Published by Franziska on

A 51-percent-attack or majority attack is an attack vector in proof-of-work-based networks. In this case, an attacker combines more than half of the network’s computing power (hash power) and can thus modify the blockchain.

Let’s imagine:

Alice doesn’t know what she’s in for and tells Eve her Bitcoin receiving address. Eve then constructs a transaction TX1 to Alice and sends it to the network. Along the way, however, Eve has constructed another transaction TX2 with the same money to herself. Once Eve has sent TX1 to the Bitcoin network, she deploys her own mining computers and mines a block that contains only TX2 instead of TX1. If Eve has significantly more than half the hash rate with her mining computers, she will likely find the next block before the rest of the Bitcoin network. Thus, only her constructed block is valid and so is the TX2 it contains. The original block with TX1 is invalid for it. So Alice never got her money. If Alice has already given the product to Eve, Eve has the product and her money. Alice is left empty-handed.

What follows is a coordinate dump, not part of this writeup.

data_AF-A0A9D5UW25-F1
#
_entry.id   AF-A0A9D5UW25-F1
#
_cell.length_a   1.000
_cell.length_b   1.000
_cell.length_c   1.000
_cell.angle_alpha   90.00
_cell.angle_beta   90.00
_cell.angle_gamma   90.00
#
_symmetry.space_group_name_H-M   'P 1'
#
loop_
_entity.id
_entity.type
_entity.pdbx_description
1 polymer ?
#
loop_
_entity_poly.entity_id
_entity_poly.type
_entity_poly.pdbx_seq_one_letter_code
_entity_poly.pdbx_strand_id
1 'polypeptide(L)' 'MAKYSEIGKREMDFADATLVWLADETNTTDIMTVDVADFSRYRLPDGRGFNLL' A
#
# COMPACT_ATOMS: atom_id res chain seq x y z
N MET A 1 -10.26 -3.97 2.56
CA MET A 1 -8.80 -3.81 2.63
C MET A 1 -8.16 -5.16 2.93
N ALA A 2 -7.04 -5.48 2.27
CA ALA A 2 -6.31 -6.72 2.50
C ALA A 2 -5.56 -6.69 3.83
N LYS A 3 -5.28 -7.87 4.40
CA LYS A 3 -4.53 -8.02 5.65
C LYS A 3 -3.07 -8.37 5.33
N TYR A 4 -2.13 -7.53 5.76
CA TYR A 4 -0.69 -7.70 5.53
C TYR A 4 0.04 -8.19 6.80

Eve could be even meaner, though, by running her miners in the background first. Alice sees that TX1 has already been confirmed by two blocks and ships the product. Only now does Eve publish its own version of the blockchain. If Eve had significantly more hash rate than the rest of the network, she would likely mine the longer blockchain. Thus, there is a newly valid history of transactions. By convention, the longest blockchain is the valid version. 

All in all, a 51-percent-attack allows the attacker to perform double-spends and censor transactions. Arbitrary manipulation of the ruleset is not possible. Attackers could dare to perform a double-spend exactly once – but thanks to the transparency of the blockchain, they would be noticed afterwards.

Whether such an attack is worthwhile, i.e., remaining without legal consequences, depends on the cryptocurrency. In the case of large networks, such an attack is rather unlikely. There have already been successful 51-percent-attacks against some altcoins. One example is the majority attack on the Ethereum Classic blockchain in 2019.